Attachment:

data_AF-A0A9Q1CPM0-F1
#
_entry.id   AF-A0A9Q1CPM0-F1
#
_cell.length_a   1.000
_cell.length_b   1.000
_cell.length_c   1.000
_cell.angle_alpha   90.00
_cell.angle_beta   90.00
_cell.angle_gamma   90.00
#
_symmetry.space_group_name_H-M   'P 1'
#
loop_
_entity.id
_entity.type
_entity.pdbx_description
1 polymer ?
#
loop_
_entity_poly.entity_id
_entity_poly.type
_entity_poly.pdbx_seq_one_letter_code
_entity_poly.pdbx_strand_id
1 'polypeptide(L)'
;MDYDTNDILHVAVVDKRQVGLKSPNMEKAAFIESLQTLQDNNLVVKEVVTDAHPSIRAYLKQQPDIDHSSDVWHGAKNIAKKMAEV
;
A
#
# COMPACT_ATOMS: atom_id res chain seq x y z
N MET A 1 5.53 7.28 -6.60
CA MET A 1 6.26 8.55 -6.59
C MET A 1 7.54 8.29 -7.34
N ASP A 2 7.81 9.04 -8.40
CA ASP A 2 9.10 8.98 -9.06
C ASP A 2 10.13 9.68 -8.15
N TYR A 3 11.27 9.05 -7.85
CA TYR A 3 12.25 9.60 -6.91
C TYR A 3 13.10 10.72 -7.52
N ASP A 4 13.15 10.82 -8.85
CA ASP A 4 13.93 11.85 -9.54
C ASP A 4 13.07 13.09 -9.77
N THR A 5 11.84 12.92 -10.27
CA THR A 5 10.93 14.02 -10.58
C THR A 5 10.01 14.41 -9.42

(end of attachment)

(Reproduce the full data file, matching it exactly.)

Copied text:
data_AF-A0A9Q1CPM0-F1
#
_entry.id   AF-A0A9Q1CPM0-F1
#
_cell.length_a   1.000
_cell.length_b   1.000
_cell.length_c   1.000
_cell.angle_alpha   90.00
_cell.angle_beta   90.00
_cell.angle_gamma   90.00
#
_symmetry.space_group_name_H-M   'P 1'
#
loop_
_entity.id
_entity.type
_entity.pdbx_description
1 polymer ?
#
loop_
_entity_poly.entity_id
_entity_poly.type
_entity_poly.pdbx_seq_one_letter_code
_entity_poly.pdbx_strand_id
1 'polypeptide(L)'
;MDYDTNDILHVAVVDKRQVGLKSPNMEKAAFIESLQTLQDNNLVVKEVVTDAHPSIRAYLKQQPDIDHSSDVWHGAKNIAKKMAEV
;
A
#
# COMPACT_ATOMS: atom_id res chain seq x y z
N MET A 1 5.53 7.28 -6.60
CA MET A 1 6.26 8.55 -6.59
C MET A 1 7.54 8.29 -7.34
N ASP A 2 7.81 9.04 -8.40
CA ASP A 2 9.10 8.98 -9.06
C ASP A 2 10.13 9.68 -8.15
N TYR A 3 11.27 9.05 -7.85
CA TYR A 3 12.25 9.60 -6.91
C TYR A 3 13.10 10.72 -7.52
N ASP A 4 13.15 10.82 -8.85
CA ASP A 4 13.93 11.85 -9.54
C ASP A 4 13.07 13.09 -9.77
N THR A 5 11.84 12.92 -10.27
CA THR A 5 10.93 14.02 -10.58
C THR A 5 10.01 14.41 -9.42